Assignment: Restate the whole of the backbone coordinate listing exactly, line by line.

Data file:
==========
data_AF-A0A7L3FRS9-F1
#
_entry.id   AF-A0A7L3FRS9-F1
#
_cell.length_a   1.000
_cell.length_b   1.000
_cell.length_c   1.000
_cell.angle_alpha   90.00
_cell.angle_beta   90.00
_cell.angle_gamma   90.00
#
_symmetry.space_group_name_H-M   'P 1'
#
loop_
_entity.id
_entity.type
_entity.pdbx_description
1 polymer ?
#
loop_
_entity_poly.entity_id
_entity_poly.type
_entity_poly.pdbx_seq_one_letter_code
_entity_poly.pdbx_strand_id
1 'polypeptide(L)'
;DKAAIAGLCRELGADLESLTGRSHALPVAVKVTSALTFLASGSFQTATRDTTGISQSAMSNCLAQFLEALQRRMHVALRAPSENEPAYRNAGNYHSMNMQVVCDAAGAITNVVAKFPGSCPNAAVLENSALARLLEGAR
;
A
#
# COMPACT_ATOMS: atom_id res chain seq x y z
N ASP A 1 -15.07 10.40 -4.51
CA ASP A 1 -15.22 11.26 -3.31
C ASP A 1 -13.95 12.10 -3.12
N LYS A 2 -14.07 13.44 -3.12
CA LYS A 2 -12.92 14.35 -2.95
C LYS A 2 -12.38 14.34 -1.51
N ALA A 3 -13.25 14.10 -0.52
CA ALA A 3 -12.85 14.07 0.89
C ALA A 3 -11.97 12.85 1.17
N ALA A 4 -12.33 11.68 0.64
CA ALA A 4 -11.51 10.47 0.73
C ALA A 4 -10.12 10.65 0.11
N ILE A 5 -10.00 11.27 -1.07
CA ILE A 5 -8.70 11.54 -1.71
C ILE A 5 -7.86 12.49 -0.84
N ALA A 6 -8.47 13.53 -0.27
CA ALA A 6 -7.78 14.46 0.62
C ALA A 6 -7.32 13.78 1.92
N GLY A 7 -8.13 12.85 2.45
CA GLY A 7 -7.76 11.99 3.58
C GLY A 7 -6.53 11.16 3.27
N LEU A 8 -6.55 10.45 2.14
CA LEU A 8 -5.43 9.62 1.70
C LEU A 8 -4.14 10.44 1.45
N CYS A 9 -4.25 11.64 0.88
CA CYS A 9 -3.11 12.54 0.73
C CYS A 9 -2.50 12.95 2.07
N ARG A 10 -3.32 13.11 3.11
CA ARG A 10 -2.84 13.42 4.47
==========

data_AF-A0A7L3FRS9-F1
#
_entry.id   AF-A0A7L3FRS9-F1
#
_cell.length_a   1.000
_cell.length_b   1.000
_cell.length_c   1.000
_cell.angle_alpha   90.00
_cell.angle_beta   90.00
_cell.angle_gamma   90.00
#
_symmetry.space_group_name_H-M   'P 1'
#
loop_
_entity.id
_entity.type
_entity.pdbx_description
1 polymer ?
#
loop_
_entity_poly.entity_id
_entity_poly.type
_entity_poly.pdbx_seq_one_letter_code
_entity_poly.pdbx_strand_id
1 'polypeptide(L)'
;DKAAIAGLCRELGADLESLTGRSHALPVAVKVTSALTFLASGSFQTATRDTTGISQSAMSNCLAQFLEALQRRMHVALRAPSENEPAYRNAGNYHSMNMQVVCDAAGAITNVVAKFPGSCPNAAVLENSALARLLEGAR
;
A
#
# COMPACT_ATOMS: atom_id res chain seq x y z
N ASP A 1 -15.07 10.40 -4.51
CA ASP A 1 -15.22 11.26 -3.31
C ASP A 1 -13.95 12.10 -3.12
N LYS A 2 -14.07 13.44 -3.12
CA LYS A 2 -12.92 14.35 -2.95
C LYS A 2 -12.38 14.34 -1.51
N ALA A 3 -13.25 14.10 -0.52
CA ALA A 3 -12.85 14.07 0.89
C ALA A 3 -11.97 12.85 1.17
N ALA A 4 -12.33 11.68 0.64
CA ALA A 4 -11.51 10.47 0.73
C ALA A 4 -10.12 10.65 0.11
N ILE A 5 -10.00 11.27 -1.07
CA ILE A 5 -8.70 11.54 -1.71
C ILE A 5 -7.86 12.49 -0.84
N ALA A 6 -8.47 13.53 -0.27
CA ALA A 6 -7.78 14.46 0.62
C ALA A 6 -7.32 13.78 1.92
N GLY A 7 -8.13 12.85 2.45
CA GLY A 7 -7.76 11.99 3.58
C GLY A 7 -6.53 11.16 3.27
N LEU A 8 -6.55 10.45 2.14
CA LEU A 8 -5.43 9.62 1.70
C LEU A 8 -4.14 10.44 1.45
N CYS A 9 -4.25 11.64 0.88
CA CYS A 9 -3.11 12.54 0.73
C CYS A 9 -2.50 12.95 2.07
N ARG A 10 -3.32 13.11 3.11
CA ARG A 10 -2.84 13.42 4.47